Dismal aside about the pace of changing landscape, it's a little disconcerting about the attitudes and behaviour of the general youth today in Singapore. I went back recently on a short trip and open the papers, are expensive premium brands ads splashing all over the newspaper, or 24years old girl proudly decked in luxury foreign brandwears and bags, denouncing the long held concept and values of saving for rainy days, and her sole belief that money is for spending and she has no qualms about spending every penny on brands that I had not heard of or dream of splurging on. Her spendthrift values were further reinforced by parents who bought her Mercedes CLK sport car or whatever accorded names that are as alien to me as the complete range of botanical plants in the world.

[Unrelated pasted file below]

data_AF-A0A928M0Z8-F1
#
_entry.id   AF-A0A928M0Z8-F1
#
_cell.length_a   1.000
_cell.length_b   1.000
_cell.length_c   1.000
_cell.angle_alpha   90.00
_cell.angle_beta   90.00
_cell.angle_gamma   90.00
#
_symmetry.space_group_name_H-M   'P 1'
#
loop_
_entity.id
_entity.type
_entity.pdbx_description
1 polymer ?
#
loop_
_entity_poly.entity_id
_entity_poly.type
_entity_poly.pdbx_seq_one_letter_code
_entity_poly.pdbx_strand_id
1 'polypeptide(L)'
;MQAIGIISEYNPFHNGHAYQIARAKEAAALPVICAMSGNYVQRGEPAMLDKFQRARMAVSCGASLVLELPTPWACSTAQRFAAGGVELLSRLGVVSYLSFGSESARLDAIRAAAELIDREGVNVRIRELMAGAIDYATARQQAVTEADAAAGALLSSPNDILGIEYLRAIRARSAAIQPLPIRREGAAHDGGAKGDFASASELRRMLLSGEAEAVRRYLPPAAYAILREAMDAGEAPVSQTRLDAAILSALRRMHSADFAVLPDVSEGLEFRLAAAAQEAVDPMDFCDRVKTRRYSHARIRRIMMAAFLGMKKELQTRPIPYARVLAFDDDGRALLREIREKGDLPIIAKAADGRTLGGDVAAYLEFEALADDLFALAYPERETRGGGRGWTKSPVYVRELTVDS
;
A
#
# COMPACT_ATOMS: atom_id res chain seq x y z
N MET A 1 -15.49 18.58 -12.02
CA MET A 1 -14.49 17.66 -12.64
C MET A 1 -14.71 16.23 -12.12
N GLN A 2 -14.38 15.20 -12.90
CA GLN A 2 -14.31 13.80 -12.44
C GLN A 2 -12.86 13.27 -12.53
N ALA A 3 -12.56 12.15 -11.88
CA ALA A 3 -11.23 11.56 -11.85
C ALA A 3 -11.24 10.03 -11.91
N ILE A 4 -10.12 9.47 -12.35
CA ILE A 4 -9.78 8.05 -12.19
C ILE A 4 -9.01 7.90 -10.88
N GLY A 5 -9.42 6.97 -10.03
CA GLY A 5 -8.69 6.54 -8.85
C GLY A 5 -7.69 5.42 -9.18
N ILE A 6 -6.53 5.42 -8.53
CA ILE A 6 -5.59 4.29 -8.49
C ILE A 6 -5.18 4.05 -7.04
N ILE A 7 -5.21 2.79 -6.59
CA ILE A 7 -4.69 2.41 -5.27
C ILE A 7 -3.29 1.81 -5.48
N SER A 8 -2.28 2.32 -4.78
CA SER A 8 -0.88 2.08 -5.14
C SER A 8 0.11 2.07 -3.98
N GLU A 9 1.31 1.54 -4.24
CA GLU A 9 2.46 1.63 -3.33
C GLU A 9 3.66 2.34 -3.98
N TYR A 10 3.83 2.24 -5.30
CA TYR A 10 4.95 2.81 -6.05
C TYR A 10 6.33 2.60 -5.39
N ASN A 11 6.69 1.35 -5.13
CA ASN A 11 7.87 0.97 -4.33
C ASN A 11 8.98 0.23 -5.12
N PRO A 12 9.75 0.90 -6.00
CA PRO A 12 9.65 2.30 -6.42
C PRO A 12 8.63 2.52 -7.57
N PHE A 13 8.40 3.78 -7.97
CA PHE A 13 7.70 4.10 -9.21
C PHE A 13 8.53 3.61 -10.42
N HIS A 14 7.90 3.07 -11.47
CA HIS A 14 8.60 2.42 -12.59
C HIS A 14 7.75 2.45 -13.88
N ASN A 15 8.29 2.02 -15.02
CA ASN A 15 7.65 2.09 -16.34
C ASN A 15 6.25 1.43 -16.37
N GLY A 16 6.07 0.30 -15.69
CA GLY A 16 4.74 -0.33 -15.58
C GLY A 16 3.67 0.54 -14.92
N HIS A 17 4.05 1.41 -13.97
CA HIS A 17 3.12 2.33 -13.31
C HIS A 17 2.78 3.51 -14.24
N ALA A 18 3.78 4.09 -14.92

There is really nothing wrong with indulging oneself if u are living within one's means. But call me conservative but earning a meagre SG$2400 does not support the "spend it all because it makes me happy' notion. Sadly, she is not alone. I am sure many of the youth today are shunning hard work, saving up for rainy days and only eager to shine in limelight without working hard for it.

I rem a story I read when I was a little girl. A story about the ant and a grasshopper. Where the grasshopper would mock the stupidity of the ant for working all day to store food and grain, instead of singing and dancing in the sun. Comes winter, the ant are warm and snug with plenty of food to last thru the cold, while the regretful grasshopper died alone with much remorse. I used to question the logic of the story, as to who will be THAT STUPID not to prepare for rainy days, to just see the good times and enjoy every moment with no thoughts of possible bad times? I think in modern days, this wise old story is coming back to haunt out current youth.